Avant-garde publisher Giancarlo DiTrapano dead at 47

April 2, 2021 GMT

NEW YORK (AP) — Giancarlo DiTrapano, an avant-garde magazine and book publisher who as the founder of New York Tyrant worked with Atticus Lish, Sam Lipsyte and Padgett Powell among others and proudly defied mainstream trends, has died. He was 47.

A spokesperson for DiTrapano’s family, Lauren Cerand, told The Associated Press that he died Tuesday in New York City. She did not immediately have further details. DiTrapano had a small, but devoted following, and was praised for his willingness to take on writers that the larger publishers shunned.

“He was who you should have wanted to impress, a real person in a world where there are vanishingly few,” the novelist and critic Lauren Oyler tweeted Friday. ”He was exactly what a publisher should be and was going to do so much more.”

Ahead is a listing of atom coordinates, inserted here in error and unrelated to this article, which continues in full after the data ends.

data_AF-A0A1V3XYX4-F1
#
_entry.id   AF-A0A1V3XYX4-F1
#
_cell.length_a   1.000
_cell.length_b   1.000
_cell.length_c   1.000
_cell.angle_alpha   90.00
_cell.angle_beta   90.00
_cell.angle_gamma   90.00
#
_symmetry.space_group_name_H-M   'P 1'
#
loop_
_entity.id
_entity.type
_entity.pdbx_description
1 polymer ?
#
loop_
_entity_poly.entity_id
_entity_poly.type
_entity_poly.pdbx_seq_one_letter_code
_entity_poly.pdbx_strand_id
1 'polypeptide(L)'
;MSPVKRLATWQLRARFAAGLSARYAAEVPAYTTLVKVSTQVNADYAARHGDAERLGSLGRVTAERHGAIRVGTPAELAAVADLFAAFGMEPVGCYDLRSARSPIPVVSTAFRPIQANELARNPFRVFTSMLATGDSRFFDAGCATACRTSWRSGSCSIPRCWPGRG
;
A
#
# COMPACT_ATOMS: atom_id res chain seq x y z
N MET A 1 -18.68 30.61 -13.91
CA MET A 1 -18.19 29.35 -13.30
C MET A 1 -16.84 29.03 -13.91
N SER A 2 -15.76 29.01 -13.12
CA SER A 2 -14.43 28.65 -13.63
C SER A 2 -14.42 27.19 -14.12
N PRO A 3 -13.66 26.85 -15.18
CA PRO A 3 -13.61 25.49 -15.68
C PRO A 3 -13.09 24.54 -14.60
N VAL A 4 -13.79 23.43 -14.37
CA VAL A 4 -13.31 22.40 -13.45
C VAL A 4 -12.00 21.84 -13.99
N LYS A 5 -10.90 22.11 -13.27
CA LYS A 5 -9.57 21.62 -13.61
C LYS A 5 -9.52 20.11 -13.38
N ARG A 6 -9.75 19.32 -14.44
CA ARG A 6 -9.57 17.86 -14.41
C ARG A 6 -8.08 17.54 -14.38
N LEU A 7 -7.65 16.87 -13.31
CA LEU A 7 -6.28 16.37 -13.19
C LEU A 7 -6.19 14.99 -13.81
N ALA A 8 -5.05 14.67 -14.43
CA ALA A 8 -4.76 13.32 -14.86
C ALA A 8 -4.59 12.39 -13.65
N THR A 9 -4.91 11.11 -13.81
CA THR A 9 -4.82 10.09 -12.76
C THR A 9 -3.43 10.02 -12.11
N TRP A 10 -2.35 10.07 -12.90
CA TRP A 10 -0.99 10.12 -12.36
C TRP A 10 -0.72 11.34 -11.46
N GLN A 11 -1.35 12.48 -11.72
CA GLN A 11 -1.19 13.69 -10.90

A native of Charleston, West Virginia, and graduate of Loyola University New Orleans, he founded New York Tyrant Magazine in 2006 and three years later began Tyrant Books, which he ran out of his kitchen in Hell’s Kitchen. Releases from what became New York Tyrant ranged from a book of photographs of Iggy Pop to Scott McClanahan’s raw “The Sarah Book” and Marie Calloway’s “what purpose did i serve in your life,” a work so explicit that a printing company refused to produce copies of it.

“Tyrant stuff isn’t for everyone, but nothing should be for everyone,” DiTrapano once said.

In 2015, the publisher received broader attention with Lish’s “Preparation for the Next Life,” which won the PEN/Faulkner prize for fiction.

DiTrapano was also a writer who was published in The Paris Review and Playboy among other magazines and co-founded a highly regarded writing workshop that he ran out of his family home in Italy. He is survived by his husband, Giuseppe Avallone; his mother, Martha, and three siblings.